Standard Chartered Plc has announced that it is closing about half of its Nigerian branches in a pivot to digital banking.
The London-listed lender’s local unit has already commenced shutting down some offices in December. It will operate only 13 branches across Nigeria, down from about 25 previously.
Standard Chartered Nigeria is strengthening its mobile banking and is recruiting agents to reach new customers and handle cash deposits and withdrawals across Africa’s biggest economy, Bloomberg reported.> **Related:** [Standard Chartered Nigeria launches a digital bank. Now what?](/standard-chartered-digital-bank-zero-charges/)
The shift by StanChart mirrors efforts by Nigerian lenders to embrace digital banking amid a fintech boom that has put much of Africa at the cutting edge of the revolution in mobile money. Instead of opening more physical branches, banks including Access Bank and First Bank of Nigeria are also cutting costs by building networks of authorized agents, or people within communities to sell their products and services.
Standard Chartered has focused on corporate banking since establishing its presence in Nigeria in 1999. It recently looked to expand its retail base and outlined a target in 2019 to grow the number of its customers fivefold from 100,000 in about two years by using digital technology to on-board clients faster.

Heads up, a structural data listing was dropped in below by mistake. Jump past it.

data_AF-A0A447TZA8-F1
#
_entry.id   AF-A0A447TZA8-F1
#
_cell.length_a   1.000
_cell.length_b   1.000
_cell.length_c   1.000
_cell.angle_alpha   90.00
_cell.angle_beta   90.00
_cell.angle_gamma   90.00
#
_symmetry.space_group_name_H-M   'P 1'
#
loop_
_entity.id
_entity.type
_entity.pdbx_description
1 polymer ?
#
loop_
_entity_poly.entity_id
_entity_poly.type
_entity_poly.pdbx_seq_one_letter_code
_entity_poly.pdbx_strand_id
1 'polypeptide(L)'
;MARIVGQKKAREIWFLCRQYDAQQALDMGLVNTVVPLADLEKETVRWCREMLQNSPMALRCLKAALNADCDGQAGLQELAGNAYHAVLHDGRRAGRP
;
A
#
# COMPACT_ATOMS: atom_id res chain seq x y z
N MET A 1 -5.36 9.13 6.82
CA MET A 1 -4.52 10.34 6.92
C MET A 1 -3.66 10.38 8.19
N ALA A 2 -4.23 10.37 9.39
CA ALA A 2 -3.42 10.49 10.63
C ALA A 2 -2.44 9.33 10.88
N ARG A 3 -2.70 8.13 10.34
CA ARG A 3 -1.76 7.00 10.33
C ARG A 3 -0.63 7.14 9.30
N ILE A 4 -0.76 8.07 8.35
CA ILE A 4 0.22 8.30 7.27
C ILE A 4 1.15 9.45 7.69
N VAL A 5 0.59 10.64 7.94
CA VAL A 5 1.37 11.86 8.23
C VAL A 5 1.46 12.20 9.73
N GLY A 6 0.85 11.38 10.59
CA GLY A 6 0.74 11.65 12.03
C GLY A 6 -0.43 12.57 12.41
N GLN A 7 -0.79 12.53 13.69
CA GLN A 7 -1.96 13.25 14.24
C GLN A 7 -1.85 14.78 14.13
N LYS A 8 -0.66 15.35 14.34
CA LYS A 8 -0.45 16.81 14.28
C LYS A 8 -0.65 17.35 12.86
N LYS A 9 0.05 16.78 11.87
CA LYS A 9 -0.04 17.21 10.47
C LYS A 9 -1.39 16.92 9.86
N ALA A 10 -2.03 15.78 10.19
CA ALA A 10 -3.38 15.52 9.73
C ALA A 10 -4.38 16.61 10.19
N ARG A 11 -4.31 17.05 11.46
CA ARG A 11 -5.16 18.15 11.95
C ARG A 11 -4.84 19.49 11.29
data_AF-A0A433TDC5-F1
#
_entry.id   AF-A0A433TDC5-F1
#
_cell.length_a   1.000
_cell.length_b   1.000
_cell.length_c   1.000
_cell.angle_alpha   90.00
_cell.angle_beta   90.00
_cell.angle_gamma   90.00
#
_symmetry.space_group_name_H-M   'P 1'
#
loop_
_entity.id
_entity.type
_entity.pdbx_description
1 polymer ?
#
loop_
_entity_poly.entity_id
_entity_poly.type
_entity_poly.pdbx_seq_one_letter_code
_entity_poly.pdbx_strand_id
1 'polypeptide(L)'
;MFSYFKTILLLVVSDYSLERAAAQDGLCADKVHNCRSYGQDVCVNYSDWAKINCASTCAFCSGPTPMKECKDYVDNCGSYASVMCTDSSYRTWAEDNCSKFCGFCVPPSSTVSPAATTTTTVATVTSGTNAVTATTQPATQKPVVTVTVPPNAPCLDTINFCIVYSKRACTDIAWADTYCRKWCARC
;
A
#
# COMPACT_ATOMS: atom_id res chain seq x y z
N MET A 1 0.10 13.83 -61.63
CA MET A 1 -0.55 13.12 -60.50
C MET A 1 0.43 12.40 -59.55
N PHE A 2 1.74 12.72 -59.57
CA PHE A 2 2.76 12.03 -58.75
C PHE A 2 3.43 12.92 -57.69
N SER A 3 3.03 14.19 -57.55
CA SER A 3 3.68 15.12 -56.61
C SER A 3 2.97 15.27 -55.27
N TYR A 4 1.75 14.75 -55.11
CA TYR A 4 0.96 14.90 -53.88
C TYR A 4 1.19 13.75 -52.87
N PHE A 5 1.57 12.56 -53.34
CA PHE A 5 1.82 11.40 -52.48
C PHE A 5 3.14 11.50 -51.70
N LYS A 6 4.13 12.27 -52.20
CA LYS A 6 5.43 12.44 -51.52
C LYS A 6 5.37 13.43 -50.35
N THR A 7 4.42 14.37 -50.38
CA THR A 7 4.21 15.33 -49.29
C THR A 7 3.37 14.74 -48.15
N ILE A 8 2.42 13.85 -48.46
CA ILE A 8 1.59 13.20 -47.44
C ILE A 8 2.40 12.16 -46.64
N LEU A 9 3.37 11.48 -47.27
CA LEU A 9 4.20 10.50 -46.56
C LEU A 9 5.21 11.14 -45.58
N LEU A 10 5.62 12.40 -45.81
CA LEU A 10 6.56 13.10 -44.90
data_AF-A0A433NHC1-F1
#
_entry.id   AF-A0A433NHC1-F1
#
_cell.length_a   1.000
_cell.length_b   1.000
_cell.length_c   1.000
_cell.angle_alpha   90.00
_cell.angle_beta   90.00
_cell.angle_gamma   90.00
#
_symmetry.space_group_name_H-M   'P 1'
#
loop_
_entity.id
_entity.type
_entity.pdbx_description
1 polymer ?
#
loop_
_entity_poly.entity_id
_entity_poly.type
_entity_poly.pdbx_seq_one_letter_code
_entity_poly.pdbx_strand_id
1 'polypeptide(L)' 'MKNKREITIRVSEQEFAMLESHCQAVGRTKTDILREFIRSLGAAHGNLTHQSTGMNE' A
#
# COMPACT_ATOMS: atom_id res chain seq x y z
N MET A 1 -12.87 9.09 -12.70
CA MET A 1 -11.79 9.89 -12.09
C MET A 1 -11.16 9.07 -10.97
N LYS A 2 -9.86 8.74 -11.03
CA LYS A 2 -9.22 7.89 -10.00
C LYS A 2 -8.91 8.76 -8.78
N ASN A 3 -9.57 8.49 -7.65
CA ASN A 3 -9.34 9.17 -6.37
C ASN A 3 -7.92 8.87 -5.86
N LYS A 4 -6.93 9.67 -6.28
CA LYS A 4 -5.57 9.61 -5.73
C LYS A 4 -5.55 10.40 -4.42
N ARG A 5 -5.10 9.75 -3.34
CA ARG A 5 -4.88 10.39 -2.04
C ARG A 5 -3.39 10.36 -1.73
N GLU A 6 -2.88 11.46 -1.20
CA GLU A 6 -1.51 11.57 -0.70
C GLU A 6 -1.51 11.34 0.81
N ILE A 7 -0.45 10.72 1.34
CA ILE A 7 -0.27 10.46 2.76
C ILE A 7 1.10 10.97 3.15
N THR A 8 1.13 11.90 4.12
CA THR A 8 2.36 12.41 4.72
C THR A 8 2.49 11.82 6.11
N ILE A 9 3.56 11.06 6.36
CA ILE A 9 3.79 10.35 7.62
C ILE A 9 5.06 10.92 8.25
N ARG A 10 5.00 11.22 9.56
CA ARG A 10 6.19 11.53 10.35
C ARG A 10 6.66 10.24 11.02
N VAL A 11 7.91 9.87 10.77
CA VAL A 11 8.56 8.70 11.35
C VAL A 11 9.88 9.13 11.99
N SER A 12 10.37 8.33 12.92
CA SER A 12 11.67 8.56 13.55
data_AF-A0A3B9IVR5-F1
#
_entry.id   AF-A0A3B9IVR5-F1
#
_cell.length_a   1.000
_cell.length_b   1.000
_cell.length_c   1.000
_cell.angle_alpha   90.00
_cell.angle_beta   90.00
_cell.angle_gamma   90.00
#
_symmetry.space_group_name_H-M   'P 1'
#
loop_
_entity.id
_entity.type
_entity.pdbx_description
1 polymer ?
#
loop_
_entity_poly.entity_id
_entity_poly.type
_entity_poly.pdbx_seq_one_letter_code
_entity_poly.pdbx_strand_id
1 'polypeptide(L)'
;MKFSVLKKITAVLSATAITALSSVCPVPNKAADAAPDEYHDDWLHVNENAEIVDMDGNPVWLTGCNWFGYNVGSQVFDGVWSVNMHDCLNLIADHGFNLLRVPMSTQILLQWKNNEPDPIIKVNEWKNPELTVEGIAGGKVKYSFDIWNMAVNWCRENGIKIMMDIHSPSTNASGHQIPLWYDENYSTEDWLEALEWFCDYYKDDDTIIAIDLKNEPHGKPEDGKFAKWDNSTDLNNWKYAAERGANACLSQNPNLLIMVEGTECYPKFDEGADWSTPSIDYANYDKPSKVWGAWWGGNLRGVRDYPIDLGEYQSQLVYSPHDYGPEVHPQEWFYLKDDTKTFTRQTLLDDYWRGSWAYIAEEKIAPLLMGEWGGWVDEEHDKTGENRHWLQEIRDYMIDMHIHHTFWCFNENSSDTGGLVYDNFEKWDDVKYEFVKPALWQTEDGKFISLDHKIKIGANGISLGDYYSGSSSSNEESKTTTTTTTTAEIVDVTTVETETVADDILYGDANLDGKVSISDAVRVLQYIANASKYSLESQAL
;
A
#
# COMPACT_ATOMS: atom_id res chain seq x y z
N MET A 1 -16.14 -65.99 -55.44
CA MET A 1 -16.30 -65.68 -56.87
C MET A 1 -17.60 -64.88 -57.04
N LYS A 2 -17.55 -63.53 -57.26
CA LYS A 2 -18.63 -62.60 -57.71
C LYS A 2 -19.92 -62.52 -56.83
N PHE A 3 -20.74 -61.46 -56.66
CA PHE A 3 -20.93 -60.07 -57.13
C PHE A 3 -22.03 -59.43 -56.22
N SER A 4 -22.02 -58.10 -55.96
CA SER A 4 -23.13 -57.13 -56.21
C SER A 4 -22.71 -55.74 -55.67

The bank also plans to start digital lending to process small loans quicker and increase the volume of retail credit, according to the people.
With a population of over 200 million people, more than a third have no access to financial services. However, Nigeria has seen an explosion in demand for payment solutions and lending outside traditional banking as businesses build on the rapid spread of mobile phones. Financial-technology companies have also benefited as customers seek to reduce physical contact during the pandemic.